Desikan RS, Ségonne F, Fischl B, Quinn BT, Dickerson BC, Blacker D, Buckner RL, Dale AM, Maguire RP, Hyman BT (2006) An automated labeling system for subdividing the human cerebral cortex on MRI scans into gyral based regions of interest. Neuroimage 31:968–980
Fischl B, Van Der Kouwe A, Destrieux C, Halgren E, Ségonne F, Salat DH, Busa E, Seidman LJ, Goldstein J, Kennedy D (2004) Automatically parcellating the human cerebral cortex. Cereb Cortex 14:11–22
Ganster DC, Rosen CC (2013) Work stress and employee health: A multidisciplinary review. J Manag 39:1085–1122
Joel D (2011) Male or female? Brains are intersex. Front Integr Neurosci 5:57
Joel D, Fausto-Sterling A (2016) Beyond sex differences: new approaches for thinking about variation in brain structure and function. Philos Trans R Soc B Biol Sci 371:20150451
Joel D, McCarthy MM (2017) Incorporating sex as a biological variable in neuropsychiatric research: where are we now and where should we be? Neuropsychopharmacology 42:379
Joel D, Berman Z, Tavor I, Wexler N, Gaber O, Stein Y, Shefi N, Pool J, Urchs S, Margulies DS, Liem F, Hanggi J, Jancke L, Assaf Y (2015) Sex beyond the genitalia: the human brain mosaic. Proc Natl Acad Sci USA 112:15468–15473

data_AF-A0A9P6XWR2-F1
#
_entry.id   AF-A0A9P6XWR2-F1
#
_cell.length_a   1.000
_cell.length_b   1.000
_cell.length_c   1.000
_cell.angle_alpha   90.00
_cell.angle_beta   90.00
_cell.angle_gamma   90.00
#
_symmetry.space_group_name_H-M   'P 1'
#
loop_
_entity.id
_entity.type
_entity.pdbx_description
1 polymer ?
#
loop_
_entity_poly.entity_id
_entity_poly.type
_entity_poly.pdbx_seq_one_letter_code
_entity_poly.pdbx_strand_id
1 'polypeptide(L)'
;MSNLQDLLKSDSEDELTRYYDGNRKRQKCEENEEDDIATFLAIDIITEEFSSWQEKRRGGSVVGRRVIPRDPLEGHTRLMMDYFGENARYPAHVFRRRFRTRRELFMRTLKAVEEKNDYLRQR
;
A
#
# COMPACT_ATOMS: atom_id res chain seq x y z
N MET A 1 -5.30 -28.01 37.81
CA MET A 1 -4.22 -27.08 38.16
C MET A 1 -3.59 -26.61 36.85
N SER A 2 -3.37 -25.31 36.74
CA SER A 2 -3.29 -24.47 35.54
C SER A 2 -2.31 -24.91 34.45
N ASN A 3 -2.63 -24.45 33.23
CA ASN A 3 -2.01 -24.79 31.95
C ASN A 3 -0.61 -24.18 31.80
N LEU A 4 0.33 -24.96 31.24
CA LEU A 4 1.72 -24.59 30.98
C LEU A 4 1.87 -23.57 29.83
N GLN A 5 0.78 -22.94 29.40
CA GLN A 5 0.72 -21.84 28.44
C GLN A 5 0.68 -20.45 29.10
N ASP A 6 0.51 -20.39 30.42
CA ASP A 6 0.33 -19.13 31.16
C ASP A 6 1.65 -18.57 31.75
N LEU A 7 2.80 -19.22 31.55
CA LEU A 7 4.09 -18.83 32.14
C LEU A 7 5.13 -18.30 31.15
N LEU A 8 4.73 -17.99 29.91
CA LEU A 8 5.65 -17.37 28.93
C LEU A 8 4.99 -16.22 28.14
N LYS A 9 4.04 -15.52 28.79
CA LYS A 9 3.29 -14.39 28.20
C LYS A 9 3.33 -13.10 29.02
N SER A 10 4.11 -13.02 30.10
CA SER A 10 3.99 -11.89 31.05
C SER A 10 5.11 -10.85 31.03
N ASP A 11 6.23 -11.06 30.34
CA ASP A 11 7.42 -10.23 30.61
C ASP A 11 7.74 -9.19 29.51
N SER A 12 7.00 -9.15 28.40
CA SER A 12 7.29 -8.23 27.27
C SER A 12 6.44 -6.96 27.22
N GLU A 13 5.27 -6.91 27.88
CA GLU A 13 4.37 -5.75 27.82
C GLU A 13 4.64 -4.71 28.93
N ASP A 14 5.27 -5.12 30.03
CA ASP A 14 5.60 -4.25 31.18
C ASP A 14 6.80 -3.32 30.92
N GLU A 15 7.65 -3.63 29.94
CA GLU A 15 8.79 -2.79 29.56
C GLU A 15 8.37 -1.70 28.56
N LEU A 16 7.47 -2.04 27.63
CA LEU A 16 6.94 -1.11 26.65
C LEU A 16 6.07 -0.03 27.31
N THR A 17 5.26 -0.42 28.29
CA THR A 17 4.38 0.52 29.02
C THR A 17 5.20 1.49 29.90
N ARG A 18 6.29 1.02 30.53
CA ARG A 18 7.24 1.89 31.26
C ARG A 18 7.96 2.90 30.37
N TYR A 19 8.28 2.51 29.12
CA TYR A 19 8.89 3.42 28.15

Klabunde M, Weems CF, Raman M, Carrion VG (2017) The moderating effects of sex on insula subdivision structure in youth with posttraumatic stress symptoms. Depress Anxiety 34:51–58
Kroes MC, Rugg MD, Whalley MG, Brewin CR (2011) Structural brain abnormalities common to posttraumatic stress disorder and depression. J Psychiatry Neurosci 36:256–265
Li L, Wu M, Liao Y, Ouyang L, Du M, Lei D, Chen L, Yao L, Huang X, Gong Q (2014) Grey matter reduction associated with posttraumatic stress disorder and traumatic stress. Neurosci Biobehav Rev 43:163–172
Maeng LY, Waddell J, Shors TJ (2010) The prefrontal cortex communicates with the amygdala to impair learning after acute stress in females but not in males. J Neurosci 30:16188–16196
McCarthy MM (2016) Multifaceted origins of sex differences in the brain. Philos Trans R Soc Lond B Biol Sci 371:20150106
McLaughlin KJ, Baran SE, Conrad CD (2009) Chronic stress-and sex-specific neuromorphological and functional changes in limbic structures. Mol Neurobiol 40:166–182
Meng L, Jiang J, Jin C, Liu J, Zhao Y, Wang W, Gong Q (2016) Trauma-specific grey matter alterations in PTSD. Sci Rep 6:33748
Pitman RK, Rasmusson AM, Koenen KC, Shin LM, Orr SP, Gilbertson MW, Milad MR, Liberzon I (2012) Biological studies of post-traumatic stress disorder. Nat Rev Neurosci 13:769
Robinson AM (2018) Let’s talk about stress: history of stress research. Rev Gen Psychol 22:334–342
Shors TJ (2016) A trip down memory lane about sex differences in the brain. Philos Trans R Soc B Biol Sci 371:20150124